Two landmark judgments have been issued by the European Court of Justice (CJEU) in a case involving the German credit reference agency SCHUFA. The judgments are expected to have significant implications for credit reference agencies, which collect large amounts of personal data to determine an individual's creditworthiness. The CJEU confirmed that national courts have extensive powers to scrutinise data protection authorities (DPAs), which will improve the rights of data subjects. In addition, the court ruled that automatically calculated credit scores do not comply with the GDPR. This decision could have far-reaching consequences for banks and businesses that rely on credit scores to determine loan eligibility and other financial transactions.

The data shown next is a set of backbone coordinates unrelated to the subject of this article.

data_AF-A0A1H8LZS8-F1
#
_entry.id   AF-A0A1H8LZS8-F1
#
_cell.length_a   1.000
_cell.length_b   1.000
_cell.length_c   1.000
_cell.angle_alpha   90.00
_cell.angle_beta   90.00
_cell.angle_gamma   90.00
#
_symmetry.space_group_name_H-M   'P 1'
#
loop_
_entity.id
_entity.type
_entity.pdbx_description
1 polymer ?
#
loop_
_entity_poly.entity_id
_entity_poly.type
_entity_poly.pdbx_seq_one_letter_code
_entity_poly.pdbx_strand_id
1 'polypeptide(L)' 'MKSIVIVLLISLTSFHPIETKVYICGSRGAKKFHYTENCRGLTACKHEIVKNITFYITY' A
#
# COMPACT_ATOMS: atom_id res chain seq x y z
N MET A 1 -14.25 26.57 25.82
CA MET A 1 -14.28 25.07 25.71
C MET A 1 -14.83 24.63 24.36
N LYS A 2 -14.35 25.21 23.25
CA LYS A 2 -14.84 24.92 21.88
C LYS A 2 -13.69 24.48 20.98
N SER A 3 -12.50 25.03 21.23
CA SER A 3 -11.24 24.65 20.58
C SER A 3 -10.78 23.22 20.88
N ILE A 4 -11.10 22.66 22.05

In a post welcoming the ruling, Austrian privacy campaign group NOYB provides a full breakdown of the history of the cases.
In a statement about holding DPAs to account, Marco Blocher, data protection lawyer at NOYB, said: "The CJEU has made clear that the European data protection authorities are subject to strict court scrutiny. Data subjects can demand a full review of an authority's decision."
Blocher went on to say about credit referencing companies in Europe: "Simply assigning citizens an incomprehensible credit score and then automatically refusing contracts is a thing of the past thanks to the CJEU judgment."
UPDATE: 191223 - In a legal analysis for the IAPP, Bird & Bird's Ruth Boardman and Nils Lölfing highlight that the two CJEU rulings will impact credit rating agencies' ability to use automated decision-making and retain consumer insolvency data.
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